Support Skift’s Independent JournalismMake a Contribution Now
Carnival Corp.’s hoped-for 7-day sailings to Cuba beginning in 2016 for its new Fathom brand wouldn’t just be Port of Miami to Havana affairs but could include calls to three of the island’s 11 cruise ports, an official said.
Tara Russell, president of Fathom and Carnival Corp.’s global impact lead, said in a conference call today that Carnival is actively engaged with the Cuban government in trying to win approvals, and would determine precise itineraries once the cruise line is authorized by Cuba to sail to the country.
The Fathom brand, which will also separately sail to the Dominican Republic, is focused on attracting socially conscious cruisers who are willing to work on projects on the ground in the Dominican Republic and Cuba for at least eight hours per day.
While the onboard experience and Dominican Republic projects are already set, both Russell and Carnival Corp. CEO Arnold Donald said the cruise line would have to work it out with the Cuban government as to what sorts of humanitarian programs are needed there.
Donald said Carnival isn’t approaching Cuba with preconceived notions and will undertake projects that are important to Cuba.
Russell said Carnival officials have “an enormous amount to learn” about Cuba as part of the process.
Prior Experience in Cuba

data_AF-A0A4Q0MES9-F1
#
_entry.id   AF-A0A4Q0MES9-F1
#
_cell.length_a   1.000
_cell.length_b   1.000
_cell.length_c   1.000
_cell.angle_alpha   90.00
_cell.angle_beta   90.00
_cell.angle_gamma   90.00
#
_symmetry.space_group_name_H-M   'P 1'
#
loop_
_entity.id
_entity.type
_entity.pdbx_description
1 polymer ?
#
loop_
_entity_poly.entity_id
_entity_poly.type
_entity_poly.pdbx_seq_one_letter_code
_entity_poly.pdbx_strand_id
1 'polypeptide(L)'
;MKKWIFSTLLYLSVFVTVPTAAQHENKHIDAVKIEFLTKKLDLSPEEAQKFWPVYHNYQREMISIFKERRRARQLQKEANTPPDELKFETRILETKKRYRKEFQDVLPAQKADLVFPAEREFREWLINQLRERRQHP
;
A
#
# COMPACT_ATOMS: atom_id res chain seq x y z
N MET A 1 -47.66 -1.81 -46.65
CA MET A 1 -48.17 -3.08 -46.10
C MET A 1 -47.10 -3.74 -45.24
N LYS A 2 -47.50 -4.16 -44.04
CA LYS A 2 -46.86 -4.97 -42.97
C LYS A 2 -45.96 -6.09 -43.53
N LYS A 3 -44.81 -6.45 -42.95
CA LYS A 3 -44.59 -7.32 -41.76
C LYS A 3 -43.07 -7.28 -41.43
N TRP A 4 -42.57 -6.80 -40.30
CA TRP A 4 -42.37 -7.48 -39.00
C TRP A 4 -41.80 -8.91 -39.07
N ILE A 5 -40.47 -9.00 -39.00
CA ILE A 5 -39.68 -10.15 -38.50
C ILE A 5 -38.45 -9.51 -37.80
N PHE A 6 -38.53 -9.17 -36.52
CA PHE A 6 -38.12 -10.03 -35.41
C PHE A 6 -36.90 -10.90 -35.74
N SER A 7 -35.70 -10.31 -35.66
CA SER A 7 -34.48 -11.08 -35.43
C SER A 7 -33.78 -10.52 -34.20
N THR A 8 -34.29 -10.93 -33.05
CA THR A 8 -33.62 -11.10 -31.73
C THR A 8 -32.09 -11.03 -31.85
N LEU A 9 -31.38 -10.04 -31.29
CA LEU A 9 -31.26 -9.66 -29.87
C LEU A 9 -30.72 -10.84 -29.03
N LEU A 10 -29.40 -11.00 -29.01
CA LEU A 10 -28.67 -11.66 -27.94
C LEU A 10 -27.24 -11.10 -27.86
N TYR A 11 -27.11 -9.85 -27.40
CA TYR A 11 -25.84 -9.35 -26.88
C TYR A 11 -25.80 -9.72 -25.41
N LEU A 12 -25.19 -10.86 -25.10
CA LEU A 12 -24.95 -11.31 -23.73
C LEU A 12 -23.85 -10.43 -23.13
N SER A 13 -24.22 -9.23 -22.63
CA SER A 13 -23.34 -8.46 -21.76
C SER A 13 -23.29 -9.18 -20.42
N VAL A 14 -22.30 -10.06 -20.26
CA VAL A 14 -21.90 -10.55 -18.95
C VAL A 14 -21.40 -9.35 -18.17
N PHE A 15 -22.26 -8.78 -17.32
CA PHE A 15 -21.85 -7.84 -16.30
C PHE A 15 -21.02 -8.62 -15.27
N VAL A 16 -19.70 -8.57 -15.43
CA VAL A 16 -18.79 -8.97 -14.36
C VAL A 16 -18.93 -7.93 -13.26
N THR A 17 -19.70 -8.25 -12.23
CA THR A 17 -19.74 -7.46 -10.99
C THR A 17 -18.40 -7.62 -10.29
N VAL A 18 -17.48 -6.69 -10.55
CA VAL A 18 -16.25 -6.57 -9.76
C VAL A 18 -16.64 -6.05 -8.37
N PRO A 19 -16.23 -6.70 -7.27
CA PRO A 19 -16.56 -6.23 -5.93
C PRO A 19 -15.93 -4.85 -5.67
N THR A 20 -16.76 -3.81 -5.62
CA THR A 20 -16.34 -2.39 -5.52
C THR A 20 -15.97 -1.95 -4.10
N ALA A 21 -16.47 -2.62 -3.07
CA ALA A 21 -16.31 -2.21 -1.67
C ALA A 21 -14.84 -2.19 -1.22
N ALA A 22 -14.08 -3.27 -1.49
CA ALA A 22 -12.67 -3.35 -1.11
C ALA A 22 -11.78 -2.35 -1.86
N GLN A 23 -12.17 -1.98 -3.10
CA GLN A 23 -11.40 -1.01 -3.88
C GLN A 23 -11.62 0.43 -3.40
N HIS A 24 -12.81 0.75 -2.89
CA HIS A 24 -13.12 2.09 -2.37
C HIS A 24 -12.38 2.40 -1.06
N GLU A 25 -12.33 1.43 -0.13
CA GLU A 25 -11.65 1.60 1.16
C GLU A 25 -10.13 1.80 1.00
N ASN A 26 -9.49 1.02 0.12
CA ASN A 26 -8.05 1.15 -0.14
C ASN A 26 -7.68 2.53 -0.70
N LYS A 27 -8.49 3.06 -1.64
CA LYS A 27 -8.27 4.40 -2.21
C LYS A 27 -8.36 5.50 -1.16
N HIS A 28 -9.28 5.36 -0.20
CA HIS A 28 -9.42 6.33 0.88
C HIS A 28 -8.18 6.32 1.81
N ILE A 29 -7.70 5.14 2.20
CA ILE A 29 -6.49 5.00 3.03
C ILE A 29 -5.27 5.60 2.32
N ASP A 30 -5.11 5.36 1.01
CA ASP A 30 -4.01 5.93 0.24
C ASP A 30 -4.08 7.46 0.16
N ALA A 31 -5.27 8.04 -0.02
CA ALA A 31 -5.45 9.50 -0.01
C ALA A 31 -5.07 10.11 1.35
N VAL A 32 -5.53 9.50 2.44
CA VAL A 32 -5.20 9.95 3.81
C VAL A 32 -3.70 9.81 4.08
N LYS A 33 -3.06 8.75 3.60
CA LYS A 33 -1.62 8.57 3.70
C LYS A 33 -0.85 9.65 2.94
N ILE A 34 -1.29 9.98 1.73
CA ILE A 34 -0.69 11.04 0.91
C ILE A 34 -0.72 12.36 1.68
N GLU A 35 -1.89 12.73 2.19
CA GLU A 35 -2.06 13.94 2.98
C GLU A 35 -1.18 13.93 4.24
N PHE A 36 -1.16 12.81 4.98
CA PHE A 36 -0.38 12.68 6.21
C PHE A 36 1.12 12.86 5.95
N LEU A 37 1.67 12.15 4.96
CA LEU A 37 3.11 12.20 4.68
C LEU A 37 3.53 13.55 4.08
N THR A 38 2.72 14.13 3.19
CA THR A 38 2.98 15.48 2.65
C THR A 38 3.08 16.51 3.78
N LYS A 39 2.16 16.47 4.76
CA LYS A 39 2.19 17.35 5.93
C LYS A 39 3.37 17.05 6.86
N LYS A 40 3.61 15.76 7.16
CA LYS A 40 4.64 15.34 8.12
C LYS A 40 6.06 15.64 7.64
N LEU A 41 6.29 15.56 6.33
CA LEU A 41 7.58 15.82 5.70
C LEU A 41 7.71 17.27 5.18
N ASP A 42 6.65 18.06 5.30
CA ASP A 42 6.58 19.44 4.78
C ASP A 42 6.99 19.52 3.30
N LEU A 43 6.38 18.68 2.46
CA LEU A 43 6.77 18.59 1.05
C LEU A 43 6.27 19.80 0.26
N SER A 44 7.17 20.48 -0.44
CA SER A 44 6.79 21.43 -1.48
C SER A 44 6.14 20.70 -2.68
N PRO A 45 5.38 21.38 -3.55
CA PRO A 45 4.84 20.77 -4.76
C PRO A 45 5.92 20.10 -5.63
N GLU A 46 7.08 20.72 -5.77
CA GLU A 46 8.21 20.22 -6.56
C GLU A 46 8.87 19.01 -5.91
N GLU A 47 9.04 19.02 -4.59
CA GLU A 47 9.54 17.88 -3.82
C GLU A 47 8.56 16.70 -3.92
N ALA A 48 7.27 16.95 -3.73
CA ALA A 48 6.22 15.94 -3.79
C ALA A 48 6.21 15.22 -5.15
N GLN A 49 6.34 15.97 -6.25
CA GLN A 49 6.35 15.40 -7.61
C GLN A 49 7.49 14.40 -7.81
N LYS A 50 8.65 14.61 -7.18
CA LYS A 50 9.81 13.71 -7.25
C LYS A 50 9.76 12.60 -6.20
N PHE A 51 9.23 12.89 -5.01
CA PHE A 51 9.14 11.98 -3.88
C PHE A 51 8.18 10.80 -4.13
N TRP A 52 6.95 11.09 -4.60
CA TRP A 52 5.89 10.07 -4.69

It won’t be a blank slate, though.
Donald pointed out that Carnival’s Costa Cruises brand actually managed the Havana cruise terminal before the 1960 U.S. trade embargo was imposed. This was before Carnival acquired Costa in 2000. Carnival’s AIDA Cruises brand in Germany has experience in Cuba, as well.
Premium Prices for Cuba
The 7-day Cuba sailings on the 710-passenger ship MV Adonia won’t necessarily be cheap.
The Cuba itineraries will start at $2,990 per person, excluding taxes, port charges and other fees, and that compares with $1,540 per person for the week-long sailings to the Dominican Republic. The port fees and other charges for the Cuba sailing haven’t been determined yet pending approval by the Cuban government.
Asked about the pricing discrepancy between the Fathom sailings to the Dominican Republic and Cuba, Russell said, “We believe the price is sort of well-positioned in the market.”
Russell added that the pricing premium is not only tied to the attractiveness of visiting an historic destination but also pertains to costs in Cuba, which have yet to be fully determined.
Cruisers on these sailings to Cuba would travel based on the existing U.S. governmental restrictions, which authorizes travel for people with family ties as well as visits for humanitarian projects and professional, cultural and religious purposes. Carnival will help passengers ensure that they have all the proper documentation for permitted visits.
Donald, though, hopes this is just the beginning and that Carnival would be able to offer regular sailings to Cuba once the embargo is lifted.